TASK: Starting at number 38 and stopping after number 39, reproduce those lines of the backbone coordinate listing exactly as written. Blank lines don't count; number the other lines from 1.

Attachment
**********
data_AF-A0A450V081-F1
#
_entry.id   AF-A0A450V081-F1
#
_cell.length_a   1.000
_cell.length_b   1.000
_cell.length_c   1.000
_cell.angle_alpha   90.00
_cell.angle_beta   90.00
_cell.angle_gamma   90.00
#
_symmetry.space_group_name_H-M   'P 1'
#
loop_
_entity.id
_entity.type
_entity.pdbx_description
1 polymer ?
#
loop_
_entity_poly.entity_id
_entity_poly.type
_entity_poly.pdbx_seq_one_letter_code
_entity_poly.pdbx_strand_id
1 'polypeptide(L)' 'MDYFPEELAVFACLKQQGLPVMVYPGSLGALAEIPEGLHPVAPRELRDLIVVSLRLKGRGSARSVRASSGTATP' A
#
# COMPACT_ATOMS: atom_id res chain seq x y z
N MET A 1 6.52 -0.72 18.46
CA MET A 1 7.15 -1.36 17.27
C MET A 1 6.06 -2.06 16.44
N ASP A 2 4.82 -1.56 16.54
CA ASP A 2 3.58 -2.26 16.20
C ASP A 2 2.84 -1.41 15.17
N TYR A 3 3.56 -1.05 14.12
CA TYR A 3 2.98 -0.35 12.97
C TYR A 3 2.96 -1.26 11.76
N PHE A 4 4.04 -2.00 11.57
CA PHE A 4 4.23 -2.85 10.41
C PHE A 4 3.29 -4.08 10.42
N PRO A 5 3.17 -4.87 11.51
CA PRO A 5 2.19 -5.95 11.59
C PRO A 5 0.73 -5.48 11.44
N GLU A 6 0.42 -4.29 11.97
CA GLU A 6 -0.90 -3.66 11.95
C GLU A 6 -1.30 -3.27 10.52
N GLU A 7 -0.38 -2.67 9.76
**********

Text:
CA PHE A 4 4.23 -2.85 10.41
C PHE A 4 3.29 -4.08 10.42